My concern isn’t that reassembly isn’t being done; it’s that vendors sell devices that don’t make this clear - AND that they don’t pass on packets they don’t/can’t reassemble.

> The implementations of e.g. NATs, IPv4 address sharing implementations I'm aware of do flavours of network layer reassembly.

If they did so, we would not be here talking about considering IP fragmentation fragile.

> However much money you throw at it, you can't reassemble fragments travelling on different paths, nor can you trivially make network layer reassembly not be an attack vector on those boxes.

Agreed, but here’s the other point:

	Any device that inspects L4 content can do so ONLY as a proxy for the destination endpoint.

I.e., I know vendors WANT to sell devices they say can be deployed anywhere in the network, and operators believe that, but it’s wrong.

Basically, if you’re not at a place in the network where you represent that endpoint, you have no business acting as that endpoint - “full stop”.

>> So I agree, IP fragmentation has its flaws - but those flaws are created not only because it leaves out the transport port numbers, but also because DPI and NAT devices don’t reassemble. And they don’t because it’s cheaper to sell devices that say they run at 1 Gbps (e.g.) that don’t bother to reassemble.
> I don't agree with your conclusion.
> NATs extend the network layer to include the L4 ports. NAT implementations of course do reassemble.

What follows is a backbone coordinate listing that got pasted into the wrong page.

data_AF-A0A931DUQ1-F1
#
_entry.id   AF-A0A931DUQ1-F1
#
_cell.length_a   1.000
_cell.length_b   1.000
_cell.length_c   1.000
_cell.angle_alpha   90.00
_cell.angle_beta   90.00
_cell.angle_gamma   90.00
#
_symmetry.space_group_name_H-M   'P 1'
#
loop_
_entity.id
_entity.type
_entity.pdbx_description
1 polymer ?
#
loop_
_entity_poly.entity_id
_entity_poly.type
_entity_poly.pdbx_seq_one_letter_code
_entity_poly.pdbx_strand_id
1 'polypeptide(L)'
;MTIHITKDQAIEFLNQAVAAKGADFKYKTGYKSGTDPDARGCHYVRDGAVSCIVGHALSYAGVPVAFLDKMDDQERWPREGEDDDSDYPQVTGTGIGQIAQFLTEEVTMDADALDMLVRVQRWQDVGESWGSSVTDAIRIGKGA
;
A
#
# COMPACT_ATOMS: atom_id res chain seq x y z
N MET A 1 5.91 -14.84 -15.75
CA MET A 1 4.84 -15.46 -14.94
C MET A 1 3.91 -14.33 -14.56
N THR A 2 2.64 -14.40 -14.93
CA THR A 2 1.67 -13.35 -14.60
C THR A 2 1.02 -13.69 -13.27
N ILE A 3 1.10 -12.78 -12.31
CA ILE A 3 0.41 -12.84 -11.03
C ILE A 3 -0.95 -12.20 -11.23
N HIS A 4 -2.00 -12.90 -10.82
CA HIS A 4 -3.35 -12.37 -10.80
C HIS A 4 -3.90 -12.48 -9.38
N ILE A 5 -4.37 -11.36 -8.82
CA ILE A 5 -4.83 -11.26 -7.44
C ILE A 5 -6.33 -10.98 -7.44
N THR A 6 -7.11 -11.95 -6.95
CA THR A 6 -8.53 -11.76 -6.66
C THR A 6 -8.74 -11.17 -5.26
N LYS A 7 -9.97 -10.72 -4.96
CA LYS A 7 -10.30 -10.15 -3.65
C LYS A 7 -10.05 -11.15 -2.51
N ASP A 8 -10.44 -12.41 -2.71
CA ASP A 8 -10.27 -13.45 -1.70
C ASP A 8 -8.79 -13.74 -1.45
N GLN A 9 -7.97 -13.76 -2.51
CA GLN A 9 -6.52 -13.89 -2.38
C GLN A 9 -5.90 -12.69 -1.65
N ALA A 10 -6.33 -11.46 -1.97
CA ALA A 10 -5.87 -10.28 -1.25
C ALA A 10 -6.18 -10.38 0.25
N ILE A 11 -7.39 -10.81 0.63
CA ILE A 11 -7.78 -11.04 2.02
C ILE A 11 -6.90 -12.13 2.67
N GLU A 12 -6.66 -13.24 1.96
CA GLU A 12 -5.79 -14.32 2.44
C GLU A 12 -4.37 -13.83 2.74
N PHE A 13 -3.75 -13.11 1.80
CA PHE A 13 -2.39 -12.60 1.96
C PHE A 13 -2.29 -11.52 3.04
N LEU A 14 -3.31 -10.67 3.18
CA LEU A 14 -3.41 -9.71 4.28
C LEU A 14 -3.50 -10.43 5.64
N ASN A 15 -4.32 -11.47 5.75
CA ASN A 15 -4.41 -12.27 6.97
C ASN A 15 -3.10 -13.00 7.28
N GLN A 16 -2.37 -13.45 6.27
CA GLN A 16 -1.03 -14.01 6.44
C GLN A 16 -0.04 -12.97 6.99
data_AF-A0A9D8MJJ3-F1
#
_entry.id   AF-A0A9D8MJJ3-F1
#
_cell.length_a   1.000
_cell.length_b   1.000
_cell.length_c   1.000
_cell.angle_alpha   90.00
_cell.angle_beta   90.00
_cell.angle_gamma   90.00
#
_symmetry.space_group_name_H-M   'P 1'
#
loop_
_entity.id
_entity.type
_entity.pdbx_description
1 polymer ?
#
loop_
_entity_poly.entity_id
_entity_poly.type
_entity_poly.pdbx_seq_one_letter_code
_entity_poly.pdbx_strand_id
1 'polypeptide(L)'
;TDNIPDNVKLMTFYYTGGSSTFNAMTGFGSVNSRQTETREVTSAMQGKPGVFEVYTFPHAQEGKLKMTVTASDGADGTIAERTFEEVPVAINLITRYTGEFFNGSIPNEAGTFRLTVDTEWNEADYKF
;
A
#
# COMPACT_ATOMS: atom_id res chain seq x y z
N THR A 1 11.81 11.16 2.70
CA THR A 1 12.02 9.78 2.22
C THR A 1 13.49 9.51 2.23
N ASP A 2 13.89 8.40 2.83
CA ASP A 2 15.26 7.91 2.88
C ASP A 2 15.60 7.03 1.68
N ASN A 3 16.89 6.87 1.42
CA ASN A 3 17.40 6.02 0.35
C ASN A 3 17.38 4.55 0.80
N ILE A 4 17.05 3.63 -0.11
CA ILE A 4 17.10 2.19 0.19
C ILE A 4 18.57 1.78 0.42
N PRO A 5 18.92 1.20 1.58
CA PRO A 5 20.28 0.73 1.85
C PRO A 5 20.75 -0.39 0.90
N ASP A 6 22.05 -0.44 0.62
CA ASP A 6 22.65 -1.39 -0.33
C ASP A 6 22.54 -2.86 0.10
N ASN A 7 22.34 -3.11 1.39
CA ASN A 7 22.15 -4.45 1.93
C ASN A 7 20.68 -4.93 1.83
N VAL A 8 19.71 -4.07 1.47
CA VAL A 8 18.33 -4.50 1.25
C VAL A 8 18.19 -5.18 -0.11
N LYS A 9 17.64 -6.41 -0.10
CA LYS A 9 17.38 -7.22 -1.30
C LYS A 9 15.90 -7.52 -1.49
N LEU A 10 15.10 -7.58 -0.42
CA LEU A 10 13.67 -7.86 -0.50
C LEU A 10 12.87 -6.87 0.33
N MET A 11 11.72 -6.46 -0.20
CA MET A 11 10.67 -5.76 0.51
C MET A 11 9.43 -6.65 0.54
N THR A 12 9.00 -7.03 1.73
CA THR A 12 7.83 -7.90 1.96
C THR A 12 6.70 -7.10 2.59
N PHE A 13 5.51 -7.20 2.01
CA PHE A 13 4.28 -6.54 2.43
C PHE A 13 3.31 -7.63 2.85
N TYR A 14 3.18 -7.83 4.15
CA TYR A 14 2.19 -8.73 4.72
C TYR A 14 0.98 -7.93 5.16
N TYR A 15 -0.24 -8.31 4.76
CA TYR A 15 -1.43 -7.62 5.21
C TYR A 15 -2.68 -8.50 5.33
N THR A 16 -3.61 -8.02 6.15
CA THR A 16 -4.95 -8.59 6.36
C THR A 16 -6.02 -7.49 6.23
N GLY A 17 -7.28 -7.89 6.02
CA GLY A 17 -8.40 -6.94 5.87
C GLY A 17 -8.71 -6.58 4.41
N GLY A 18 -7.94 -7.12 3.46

See Touch, J: Middlebox Models Compatible with the Internet <>. USC/ISI (ISI-TR-711), 2016. 

NATs do not extend the network layer to include L4; they act as endpoints in the public net and routers in the private net - for the reason above (multipath), among others.

>> I.e., it will never matter what layering we add to fix this - GRE, GUE, Aero, etc. - ultimately, we’re doomed to need fragmentation support down to IP exactly because:
>> 	a. #1-4 mean we need frag/reassembly at any tunnel ingress
>> 	b. vendors want to sell #5 at a price that is too low for them to support #6 (i.e., point #7)
>> So pushing this to another layer will never solve it. What will solve it will only be a compliance requirement for #6 - which could be done right now, and has to be done for ANY solution to work.
> For IPv4 address sharing specifically removing network layer fragmentation would be a solution.

For ONE problem there is ONE patch until a new device looks further (to do port filtering on UDP tunneled traffic, e.g.). Then we’re back here talking about fragmentation over GUE considered fragile.

>> NOTE: even rewriting EVERY application won’t fix this, nor will deploying a new layer at any level.
> For some type of content inspection that would require reassembling the whole application context.
> But that's quite different from IPv4 address sharing, which we have unfortunately made an integral part of the Internet architecture.

The only difference is that the impact of the current L4 problem is being currently discussed. If you consider why it’s happening, it might be more clear that this problem will cycle around again and cannot be solved by patching this way.